"There's no 'we' in 'CEO,'" American International Group ( AIG) CEO Bob Benmosche, told Bloomberg News in a recent interview. The famously "in-your-face CEO" has a good relationship with AIG current chairman Steve Miller. But he constantly locked horns with former Chairman Harvey Golub, another strong personality, to the point of calling his relationship with Golub "ineffective and unsustainable." In the end, it was Golub who turned in his resignation, not Benmosche. Golub said in a letter to the board that he was stepping down because "it was easier to replace a chairman than a CEO."
All this vote will really end up achieving then, at best, is the appearance of good corporate governance. At worst, it could backfire and prompt Dimon's exit, which given his track record, will likely hurt the stock. Shares of JPMorgan Chase are up 56% in the one year since it disclosed its biggest trading loss in history, outperforming the S&P 500 and the KBW Bank Index.
There is no doubt that Dimon is a highly influential CEO. His track record in successfully steering JPMorgan Chase through the financial crisis and the fact that the bank has posted record profits three years in a row -- the "London Whale" trading losses notwithstanding -- has earned him a vote on every important matter that affects the financial industry and the economy. That track record allows Dimon to voice his opinions more freely than his peers in the industry would. And because he is known for speaking candidly, his words carry even more weight. The board continues to back Dimon as Chairman and CEO because they do not question his authority when it comes to running JPMorgan. JPMorgan and Dimon's reputation have both been tarnished by the London Whale incident and the continuing political and regulatory scrutiny do not help. The bank continues to be the target of federal investigations on a range of regulatory violations from its handling of foreclosures, to its alleged violation of anti-money laundering rules to its bidding practices in the organized energy markets.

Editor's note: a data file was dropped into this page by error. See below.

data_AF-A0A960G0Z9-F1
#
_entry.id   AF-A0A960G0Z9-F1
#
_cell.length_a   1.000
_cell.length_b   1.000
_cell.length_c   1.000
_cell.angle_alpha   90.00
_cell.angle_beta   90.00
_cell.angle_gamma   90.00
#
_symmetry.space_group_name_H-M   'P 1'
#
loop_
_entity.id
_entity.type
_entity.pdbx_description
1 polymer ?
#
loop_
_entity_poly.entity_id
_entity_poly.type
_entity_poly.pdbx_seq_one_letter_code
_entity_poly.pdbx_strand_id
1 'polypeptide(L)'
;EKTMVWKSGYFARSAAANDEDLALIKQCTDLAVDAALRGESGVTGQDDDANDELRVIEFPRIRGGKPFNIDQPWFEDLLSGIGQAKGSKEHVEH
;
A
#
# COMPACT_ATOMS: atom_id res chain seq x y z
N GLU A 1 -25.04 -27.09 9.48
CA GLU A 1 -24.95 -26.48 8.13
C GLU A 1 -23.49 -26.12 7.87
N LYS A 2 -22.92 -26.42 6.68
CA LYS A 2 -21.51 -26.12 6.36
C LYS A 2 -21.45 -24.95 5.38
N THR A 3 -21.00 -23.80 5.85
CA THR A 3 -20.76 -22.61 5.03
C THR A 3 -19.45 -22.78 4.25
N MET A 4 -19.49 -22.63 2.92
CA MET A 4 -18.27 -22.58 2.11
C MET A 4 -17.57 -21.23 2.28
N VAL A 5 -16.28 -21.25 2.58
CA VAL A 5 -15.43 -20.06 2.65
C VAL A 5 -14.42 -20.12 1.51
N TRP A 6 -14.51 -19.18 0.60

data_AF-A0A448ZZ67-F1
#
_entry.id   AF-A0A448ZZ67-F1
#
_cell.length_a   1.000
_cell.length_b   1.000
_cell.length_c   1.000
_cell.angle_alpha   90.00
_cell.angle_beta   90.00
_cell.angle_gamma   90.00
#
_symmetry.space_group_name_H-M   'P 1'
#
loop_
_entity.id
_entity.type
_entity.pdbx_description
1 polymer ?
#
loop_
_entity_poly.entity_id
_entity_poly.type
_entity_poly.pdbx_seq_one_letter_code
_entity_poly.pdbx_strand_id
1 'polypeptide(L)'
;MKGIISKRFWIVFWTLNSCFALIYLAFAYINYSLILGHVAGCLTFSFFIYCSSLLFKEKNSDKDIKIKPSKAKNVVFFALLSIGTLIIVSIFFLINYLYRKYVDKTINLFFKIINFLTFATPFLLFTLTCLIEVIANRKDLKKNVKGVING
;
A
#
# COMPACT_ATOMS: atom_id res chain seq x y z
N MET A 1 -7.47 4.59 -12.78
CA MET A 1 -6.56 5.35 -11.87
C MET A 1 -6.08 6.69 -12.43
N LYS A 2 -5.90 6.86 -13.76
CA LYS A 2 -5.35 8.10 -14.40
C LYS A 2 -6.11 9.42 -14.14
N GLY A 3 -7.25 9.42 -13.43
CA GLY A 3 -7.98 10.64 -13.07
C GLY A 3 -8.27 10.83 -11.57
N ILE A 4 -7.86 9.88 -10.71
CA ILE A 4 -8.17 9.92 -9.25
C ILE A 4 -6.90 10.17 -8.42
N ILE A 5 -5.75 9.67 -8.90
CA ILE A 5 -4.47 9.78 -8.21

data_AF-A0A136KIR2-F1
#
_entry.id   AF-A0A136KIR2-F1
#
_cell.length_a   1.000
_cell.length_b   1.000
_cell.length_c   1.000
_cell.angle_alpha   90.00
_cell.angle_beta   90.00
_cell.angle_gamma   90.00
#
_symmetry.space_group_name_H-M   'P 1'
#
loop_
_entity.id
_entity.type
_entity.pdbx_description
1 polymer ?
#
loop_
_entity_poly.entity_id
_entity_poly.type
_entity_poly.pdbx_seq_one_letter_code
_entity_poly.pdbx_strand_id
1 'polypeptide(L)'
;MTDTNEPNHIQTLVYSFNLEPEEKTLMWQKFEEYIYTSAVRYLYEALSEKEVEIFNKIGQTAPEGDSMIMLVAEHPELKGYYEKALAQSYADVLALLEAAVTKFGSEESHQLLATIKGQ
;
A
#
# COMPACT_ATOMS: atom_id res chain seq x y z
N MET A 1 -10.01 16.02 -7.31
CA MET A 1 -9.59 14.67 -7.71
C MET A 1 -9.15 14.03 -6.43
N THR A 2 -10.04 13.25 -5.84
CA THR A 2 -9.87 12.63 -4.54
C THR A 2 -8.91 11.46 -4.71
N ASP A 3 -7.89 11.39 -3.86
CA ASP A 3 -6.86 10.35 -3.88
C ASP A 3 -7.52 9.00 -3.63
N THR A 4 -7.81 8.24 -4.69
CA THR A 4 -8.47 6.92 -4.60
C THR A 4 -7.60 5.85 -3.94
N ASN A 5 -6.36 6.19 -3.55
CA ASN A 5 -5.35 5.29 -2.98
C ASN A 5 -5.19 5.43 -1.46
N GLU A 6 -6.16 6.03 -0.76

Perhaps JPMorgan Chase and the other big banks really are "too big to manage." But that is a different and more complicated debate, one that deserves a less superficial solution. -- Written by Shanthi Bharatwaj in New York. >Contact by Email. Follow @shavenk